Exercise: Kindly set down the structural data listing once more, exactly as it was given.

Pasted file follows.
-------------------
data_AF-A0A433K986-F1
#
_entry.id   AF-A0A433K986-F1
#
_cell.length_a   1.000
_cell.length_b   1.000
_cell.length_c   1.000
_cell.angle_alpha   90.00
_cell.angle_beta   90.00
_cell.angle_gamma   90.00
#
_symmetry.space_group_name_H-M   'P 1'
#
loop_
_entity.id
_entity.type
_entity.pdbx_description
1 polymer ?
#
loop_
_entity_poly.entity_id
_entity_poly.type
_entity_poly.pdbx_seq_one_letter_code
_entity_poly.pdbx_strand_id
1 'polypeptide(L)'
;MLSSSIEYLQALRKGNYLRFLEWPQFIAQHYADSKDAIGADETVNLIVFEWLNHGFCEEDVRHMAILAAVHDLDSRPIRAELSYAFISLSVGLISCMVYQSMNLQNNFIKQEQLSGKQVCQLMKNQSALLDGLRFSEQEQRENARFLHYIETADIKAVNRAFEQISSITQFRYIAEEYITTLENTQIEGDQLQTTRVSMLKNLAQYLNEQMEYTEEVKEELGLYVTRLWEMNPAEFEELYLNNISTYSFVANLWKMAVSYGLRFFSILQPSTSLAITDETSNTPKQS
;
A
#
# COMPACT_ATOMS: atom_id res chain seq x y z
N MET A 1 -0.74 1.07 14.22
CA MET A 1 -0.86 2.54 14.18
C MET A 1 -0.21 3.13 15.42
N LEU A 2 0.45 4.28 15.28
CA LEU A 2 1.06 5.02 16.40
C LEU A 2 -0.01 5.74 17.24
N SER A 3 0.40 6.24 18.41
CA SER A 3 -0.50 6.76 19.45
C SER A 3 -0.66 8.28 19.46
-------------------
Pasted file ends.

data_AF-A0A433K986-F1
#
_entry.id   AF-A0A433K986-F1
#
_cell.length_a   1.000
_cell.length_b   1.000
_cell.length_c   1.000
_cell.angle_alpha   90.00
_cell.angle_beta   90.00
_cell.angle_gamma   90.00
#
_symmetry.space_group_name_H-M   'P 1'
#
loop_
_entity.id
_entity.type
_entity.pdbx_description
1 polymer ?
#
loop_
_entity_poly.entity_id
_entity_poly.type
_entity_poly.pdbx_seq_one_letter_code
_entity_poly.pdbx_strand_id
1 'polypeptide(L)'
;MLSSSIEYLQALRKGNYLRFLEWPQFIAQHYADSKDAIGADETVNLIVFEWLNHGFCEEDVRHMAILAAVHDLDSRPIRAELSYAFISLSVGLISCMVYQSMNLQNNFIKQEQLSGKQVCQLMKNQSALLDGLRFSEQEQRENARFLHYIETADIKAVNRAFEQISSITQFRYIAEEYITTLENTQIEGDQLQTTRVSMLKNLAQYLNEQMEYTEEVKEELGLYVTRLWEMNPAEFEELYLNNISTYSFVANLWKMAVSYGLRFFSILQPSTSLAITDETSNTPKQS
;
A
#
# COMPACT_ATOMS: atom_id res chain seq x y z
N MET A 1 -0.74 1.07 14.22
CA MET A 1 -0.86 2.54 14.18
C MET A 1 -0.21 3.13 15.42
N LEU A 2 0.45 4.28 15.28
CA LEU A 2 1.06 5.02 16.40
C LEU A 2 -0.01 5.74 17.24
N SER A 3 0.40 6.24 18.41
CA SER A 3 -0.50 6.76 19.45
C SER A 3 -0.66 8.28 19.46